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The religious education of the religion teacher in catholic schools

Sandra Cullen

pp. 75-86

The purpose of this paper is to reflect on the question of what might constitute an appropriate religious education for the religion teacher in a Catholic school. Religious education in the Catholic school helps people to engage with and understand the religious impulse, the nature of religion, and their own personal engagement with this so as to be able to draw on that as a resource for their own spiritual wisdom and ethical practice. The paper then argues for an explicit religious education for the teacher that (i) prepares them for their professional task of understanding religion(s) and communicating this, and (ii) helps them to continually develop a way of seeing, interpreting, and appropriating concepts and images in ways that shape who they are in the world, what they think, what they feel, and how they are to participate in the world. An explicit religious education for Catholic teachers has its roots in the integral relationship between theology and religious education. The term theological education will be introduced as a way of reconceptualising a study of theology that moves from a theory-to-practice approach to a constructivist approach where teachers become agents in their own learning. This approach to theological education is concerned with inviting teachers to engage with theology in such a way that they can appropriate its insights into their own life and worldview. In its consideration of the relationship between professional preparation and the development of personal meaning-making skills through its focus on developing a reflexive praxis, theological education has the potential to be an appropriate form of religious education for teachers.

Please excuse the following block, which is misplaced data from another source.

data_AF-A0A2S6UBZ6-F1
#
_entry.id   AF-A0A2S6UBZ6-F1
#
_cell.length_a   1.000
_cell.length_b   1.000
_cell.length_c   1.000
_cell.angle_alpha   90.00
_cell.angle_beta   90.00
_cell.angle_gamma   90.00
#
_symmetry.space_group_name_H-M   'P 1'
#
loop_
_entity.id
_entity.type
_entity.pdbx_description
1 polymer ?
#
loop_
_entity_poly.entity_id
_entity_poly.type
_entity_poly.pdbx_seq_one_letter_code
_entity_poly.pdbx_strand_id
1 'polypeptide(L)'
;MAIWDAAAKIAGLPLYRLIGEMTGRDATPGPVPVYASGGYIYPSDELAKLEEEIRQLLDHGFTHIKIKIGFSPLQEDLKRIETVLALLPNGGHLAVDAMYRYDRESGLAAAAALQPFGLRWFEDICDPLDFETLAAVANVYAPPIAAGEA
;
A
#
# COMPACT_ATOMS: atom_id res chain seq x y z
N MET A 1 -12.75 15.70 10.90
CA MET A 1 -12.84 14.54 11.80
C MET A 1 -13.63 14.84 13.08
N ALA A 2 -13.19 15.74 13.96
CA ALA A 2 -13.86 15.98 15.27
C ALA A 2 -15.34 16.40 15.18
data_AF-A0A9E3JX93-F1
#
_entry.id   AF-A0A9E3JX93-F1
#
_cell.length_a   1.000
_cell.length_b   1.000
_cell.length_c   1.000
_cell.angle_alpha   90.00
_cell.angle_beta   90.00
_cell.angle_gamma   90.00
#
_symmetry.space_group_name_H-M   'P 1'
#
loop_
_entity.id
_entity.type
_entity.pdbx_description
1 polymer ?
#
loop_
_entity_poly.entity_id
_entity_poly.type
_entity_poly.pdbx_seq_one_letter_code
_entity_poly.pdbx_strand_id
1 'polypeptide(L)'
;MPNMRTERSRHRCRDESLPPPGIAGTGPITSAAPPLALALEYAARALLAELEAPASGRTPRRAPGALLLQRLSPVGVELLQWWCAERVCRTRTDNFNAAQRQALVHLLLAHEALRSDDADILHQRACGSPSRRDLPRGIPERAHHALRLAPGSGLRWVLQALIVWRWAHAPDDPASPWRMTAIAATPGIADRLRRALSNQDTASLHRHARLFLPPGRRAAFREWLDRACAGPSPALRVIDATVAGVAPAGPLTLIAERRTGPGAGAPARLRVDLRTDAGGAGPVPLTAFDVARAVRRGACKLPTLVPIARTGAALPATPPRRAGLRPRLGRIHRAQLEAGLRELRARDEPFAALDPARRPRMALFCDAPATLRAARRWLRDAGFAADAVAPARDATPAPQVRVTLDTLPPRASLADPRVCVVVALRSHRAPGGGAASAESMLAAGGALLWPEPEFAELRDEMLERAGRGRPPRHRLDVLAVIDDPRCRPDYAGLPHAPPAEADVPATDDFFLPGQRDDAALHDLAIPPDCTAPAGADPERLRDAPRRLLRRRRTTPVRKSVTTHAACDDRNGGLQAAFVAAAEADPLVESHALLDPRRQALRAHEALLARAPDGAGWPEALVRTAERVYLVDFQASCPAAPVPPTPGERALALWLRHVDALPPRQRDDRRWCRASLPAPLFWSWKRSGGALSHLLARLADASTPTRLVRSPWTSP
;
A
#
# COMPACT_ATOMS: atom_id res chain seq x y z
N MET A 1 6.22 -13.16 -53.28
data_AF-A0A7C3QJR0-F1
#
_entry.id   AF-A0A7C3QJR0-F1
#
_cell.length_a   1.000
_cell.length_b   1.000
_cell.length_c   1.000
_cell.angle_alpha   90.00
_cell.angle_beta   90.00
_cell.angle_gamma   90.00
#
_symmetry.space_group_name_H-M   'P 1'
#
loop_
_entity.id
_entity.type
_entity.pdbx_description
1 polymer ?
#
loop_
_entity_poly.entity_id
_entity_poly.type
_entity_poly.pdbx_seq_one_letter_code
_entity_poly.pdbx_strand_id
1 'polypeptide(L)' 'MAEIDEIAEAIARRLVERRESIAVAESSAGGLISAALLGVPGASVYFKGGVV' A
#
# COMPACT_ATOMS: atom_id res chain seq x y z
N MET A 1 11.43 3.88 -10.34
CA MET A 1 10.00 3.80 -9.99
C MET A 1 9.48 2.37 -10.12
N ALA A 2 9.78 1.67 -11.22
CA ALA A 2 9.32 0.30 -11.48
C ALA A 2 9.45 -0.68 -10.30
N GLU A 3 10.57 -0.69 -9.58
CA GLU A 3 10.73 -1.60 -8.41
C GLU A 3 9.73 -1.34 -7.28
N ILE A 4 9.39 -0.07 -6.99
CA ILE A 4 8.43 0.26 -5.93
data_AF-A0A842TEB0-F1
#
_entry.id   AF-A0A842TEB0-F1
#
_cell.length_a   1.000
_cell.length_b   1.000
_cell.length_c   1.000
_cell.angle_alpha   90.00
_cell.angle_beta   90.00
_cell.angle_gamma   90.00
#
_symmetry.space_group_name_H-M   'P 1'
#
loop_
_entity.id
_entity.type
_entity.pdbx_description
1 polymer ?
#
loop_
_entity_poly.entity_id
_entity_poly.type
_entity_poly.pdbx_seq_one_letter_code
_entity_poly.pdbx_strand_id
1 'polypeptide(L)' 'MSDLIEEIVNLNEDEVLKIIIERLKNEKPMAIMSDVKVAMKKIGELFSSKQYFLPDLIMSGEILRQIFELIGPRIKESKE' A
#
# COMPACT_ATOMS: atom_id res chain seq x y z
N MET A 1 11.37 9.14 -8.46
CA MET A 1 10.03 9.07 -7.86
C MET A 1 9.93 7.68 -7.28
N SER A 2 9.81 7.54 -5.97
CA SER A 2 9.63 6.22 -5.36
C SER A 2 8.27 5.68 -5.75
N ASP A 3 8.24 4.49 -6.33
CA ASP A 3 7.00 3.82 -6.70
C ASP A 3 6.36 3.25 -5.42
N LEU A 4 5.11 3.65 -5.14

Publication details

DOI: 10.1007/978-981-13-6127-2_7

Full citation:

Cullen, S. (2019)., The religious education of the religion teacher in catholic schools, in A. M. Gellel (ed.), Global perspectives on catholic religious education in schools II, Dordrecht, Springer, pp. 75-86.

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